A sensor in the granite base releases drinking water and pushes it through 34 nozzles whenever the outside temperature reaches 25°C (77°F) . As soon as the ambient temperature drops to 23°C (73°F), the sensor, which operates from 10 a.m. to 8 p.m., turns off the water supply.

The sensors were included in part to allay concerns about legionella, a pathogenic bacteria that can reproduce in water.  

“When the spray stops, the system drains, and therefore no microbial contamination can develop,” said Dr. Hans-Peter Hutter, deputy head of the Department of Environmental Health at the Center for Public Health at Medical University Vienna, in a televised interview.

Hutter also assured the public that there is no increased risk of a Covid-19 infection from the spray as long as people adhere to the one-meter social distance requirement.

But Samer Bagaeen of the University of Kent's School of Architecture and Planning notes that air cooling systems, like the ones used in Germany at abattoirs, have been found recently to be a risk factor for Covid-19 outbreaks.

“The same could be said for spay devices,” he warned.

Vienna’s district councils selected the 22 Cool Street locations with the help of the city’s Urban Heat Vulnerability Index. The map shows where most people suffer from heat by evaluating temperature data, green and water-related infrastructure, and demographic data.

“Urban heat islands can occur when cities replace the natural land cover with dense concentrations of pavement, buildings, and other surfaces that absorb and retain heat,” as the US Environmental Protection Agency states.

A rendering of Vienna's planned park featuring a Coolspot, which is scheduled to open in August. Click to expand.
(Courtesy Carla Lo Landscape Architecture)

Vienna’s sixth district, Mariahilf, is such an area. The construction of the capital’s first “Cooling Park”, a €1 million project covering the 10,600 square-metre Esterházypark, is designed to provide relief. 

Green4Cities, a centre of excellence for green infrastructure in urban areas, designed the park’s main attraction, the “Coolspot”. The nearly 3.40-metre high steel trellis holds three rings equipped with spray nozzles. Textile shading slats, tensioned with steel cables, cover them.

The effects of evaporation and evapotranspiration create a cooler microclimate around the 30 square-metre seating area, alongside other spray spots selectively scattered across the park.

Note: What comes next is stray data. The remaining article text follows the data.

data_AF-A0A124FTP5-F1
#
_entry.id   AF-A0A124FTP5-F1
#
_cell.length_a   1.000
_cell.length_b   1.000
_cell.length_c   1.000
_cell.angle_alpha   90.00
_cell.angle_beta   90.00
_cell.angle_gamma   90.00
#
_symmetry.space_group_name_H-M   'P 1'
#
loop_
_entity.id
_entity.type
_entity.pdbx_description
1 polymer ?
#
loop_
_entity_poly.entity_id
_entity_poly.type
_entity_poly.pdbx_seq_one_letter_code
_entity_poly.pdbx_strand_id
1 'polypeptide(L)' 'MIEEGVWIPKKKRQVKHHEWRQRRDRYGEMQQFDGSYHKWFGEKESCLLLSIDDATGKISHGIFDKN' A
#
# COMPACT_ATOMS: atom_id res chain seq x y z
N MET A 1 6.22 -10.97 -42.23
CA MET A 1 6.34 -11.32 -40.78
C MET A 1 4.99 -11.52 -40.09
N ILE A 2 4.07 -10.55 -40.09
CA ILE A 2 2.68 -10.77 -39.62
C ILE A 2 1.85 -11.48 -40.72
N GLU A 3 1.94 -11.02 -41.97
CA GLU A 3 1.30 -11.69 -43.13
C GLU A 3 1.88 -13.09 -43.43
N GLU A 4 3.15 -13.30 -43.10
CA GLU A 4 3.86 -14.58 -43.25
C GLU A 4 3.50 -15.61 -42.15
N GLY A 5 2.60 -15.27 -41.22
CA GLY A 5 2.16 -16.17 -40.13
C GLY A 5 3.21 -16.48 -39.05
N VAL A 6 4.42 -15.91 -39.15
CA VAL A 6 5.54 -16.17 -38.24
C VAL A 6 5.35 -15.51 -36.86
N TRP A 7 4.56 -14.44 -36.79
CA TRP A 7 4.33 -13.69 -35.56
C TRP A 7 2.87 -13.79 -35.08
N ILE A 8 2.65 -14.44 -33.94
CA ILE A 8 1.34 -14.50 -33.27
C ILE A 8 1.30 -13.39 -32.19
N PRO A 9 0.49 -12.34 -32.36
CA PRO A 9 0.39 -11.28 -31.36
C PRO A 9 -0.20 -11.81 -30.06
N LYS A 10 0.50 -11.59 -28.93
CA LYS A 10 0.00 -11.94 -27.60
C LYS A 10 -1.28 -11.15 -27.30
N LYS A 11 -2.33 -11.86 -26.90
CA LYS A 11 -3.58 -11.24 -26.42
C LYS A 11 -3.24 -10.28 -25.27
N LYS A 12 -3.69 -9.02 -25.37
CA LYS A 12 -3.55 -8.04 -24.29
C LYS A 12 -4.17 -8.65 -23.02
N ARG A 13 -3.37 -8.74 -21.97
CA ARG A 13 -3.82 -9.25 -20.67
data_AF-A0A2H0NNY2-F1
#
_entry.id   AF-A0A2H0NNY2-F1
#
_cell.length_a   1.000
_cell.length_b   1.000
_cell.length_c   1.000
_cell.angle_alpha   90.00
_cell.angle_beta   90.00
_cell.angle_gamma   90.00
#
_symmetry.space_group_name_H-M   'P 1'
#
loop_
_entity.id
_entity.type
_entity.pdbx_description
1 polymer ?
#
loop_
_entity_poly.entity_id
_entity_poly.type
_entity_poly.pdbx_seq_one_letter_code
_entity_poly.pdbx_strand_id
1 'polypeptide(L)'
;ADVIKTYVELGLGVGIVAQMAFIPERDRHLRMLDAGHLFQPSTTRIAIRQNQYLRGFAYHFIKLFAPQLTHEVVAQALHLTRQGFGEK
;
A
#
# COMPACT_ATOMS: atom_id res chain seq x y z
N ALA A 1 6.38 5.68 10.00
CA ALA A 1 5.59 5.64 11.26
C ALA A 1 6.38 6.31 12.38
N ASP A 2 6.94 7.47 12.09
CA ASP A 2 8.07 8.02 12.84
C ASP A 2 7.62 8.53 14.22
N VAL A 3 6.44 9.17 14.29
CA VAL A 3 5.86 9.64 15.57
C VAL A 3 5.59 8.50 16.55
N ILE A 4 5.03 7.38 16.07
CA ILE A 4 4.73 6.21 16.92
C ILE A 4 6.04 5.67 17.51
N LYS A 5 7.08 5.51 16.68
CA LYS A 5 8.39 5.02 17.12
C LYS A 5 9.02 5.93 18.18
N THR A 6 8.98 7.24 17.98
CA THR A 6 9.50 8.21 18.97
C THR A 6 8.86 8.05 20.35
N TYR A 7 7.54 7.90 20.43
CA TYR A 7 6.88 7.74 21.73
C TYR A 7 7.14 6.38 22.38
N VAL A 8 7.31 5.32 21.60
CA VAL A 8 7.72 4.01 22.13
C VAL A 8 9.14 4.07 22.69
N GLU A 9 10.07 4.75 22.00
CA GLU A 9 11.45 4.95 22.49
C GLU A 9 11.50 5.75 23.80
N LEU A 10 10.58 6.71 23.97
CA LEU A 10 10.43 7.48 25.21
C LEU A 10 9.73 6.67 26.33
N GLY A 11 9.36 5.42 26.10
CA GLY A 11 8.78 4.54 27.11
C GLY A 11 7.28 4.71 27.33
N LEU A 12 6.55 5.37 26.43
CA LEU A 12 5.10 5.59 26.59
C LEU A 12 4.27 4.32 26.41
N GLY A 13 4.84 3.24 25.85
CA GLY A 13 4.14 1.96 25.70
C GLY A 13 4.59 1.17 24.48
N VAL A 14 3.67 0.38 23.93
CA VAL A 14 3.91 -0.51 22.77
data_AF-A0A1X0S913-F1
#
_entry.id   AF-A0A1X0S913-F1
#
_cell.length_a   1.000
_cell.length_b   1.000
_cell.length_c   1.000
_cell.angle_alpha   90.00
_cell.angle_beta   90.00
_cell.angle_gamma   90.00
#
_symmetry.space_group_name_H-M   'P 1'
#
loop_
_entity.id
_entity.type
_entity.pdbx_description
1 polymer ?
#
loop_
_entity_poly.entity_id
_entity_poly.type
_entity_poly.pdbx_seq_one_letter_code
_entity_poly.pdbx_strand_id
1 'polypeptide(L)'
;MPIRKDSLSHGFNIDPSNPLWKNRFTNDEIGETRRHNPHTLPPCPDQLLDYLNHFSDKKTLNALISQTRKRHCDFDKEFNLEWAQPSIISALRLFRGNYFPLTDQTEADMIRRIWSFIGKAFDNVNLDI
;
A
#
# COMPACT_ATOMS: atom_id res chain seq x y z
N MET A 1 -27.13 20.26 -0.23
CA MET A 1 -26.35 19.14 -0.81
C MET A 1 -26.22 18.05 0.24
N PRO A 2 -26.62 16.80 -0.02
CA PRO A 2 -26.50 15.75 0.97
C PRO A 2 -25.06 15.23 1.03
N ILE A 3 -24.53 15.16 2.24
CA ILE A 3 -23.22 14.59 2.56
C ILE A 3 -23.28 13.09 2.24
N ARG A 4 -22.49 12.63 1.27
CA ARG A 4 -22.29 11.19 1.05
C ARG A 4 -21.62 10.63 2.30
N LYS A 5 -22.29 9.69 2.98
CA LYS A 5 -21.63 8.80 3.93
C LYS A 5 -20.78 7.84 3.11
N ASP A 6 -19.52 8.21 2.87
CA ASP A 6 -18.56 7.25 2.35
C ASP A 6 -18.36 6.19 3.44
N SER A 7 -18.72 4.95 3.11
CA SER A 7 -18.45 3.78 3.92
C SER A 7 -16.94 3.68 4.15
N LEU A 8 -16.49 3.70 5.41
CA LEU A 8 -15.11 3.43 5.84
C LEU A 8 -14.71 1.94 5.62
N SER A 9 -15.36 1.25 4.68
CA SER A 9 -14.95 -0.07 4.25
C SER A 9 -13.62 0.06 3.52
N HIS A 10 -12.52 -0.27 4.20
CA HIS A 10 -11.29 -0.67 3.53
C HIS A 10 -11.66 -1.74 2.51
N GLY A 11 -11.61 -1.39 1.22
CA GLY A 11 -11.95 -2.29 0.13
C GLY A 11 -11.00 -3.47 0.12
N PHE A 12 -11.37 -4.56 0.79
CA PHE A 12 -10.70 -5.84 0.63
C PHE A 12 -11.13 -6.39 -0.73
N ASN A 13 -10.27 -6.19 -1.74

The high-pressure spray also deposits tiny droplets on plant and tree leaves, which stimulates them to sweat even more. All together, these collective measures help to cool their surroundings by up to six degrees.

The landscape architect Carla Lo and her team planned what she calls the “low-tech” park components. “Plants are an essential design element of the Cooling Park,” Lo says. “By unsealing the [soil], we can add new grass, herbaceous beds, and more climate-resistant trees to the existing cultivation”.

Light-coloured, natural stone punctuated by grass seams replaces the old concrete surfaces, and wooden benches meander throughout the park.

Living near the park and yearning for an urban escape close by, Lo says she’s motivated to ensure the park is completed by mid-August.

“If we don't do anything, Vienna will be another eight degrees Celsius hotter in 2050 than it already is,” Hebein said.

Vienna recently came in first in the World's 10 Greenest Cities Index by the consulting agency Resonance.

“There is no one size fits all on how cities respond to urban heat,” says the University of Kent’s Bagaeen, who points out that Vienna was one of the first European cities to set up an Urban Heat Islands Strategic Plan in 2015.

In the short term, prognoses on the city’s future development may be more difficult: Vienna votes this autumn.

Petra Loho is a journalist and photographer based in Austria.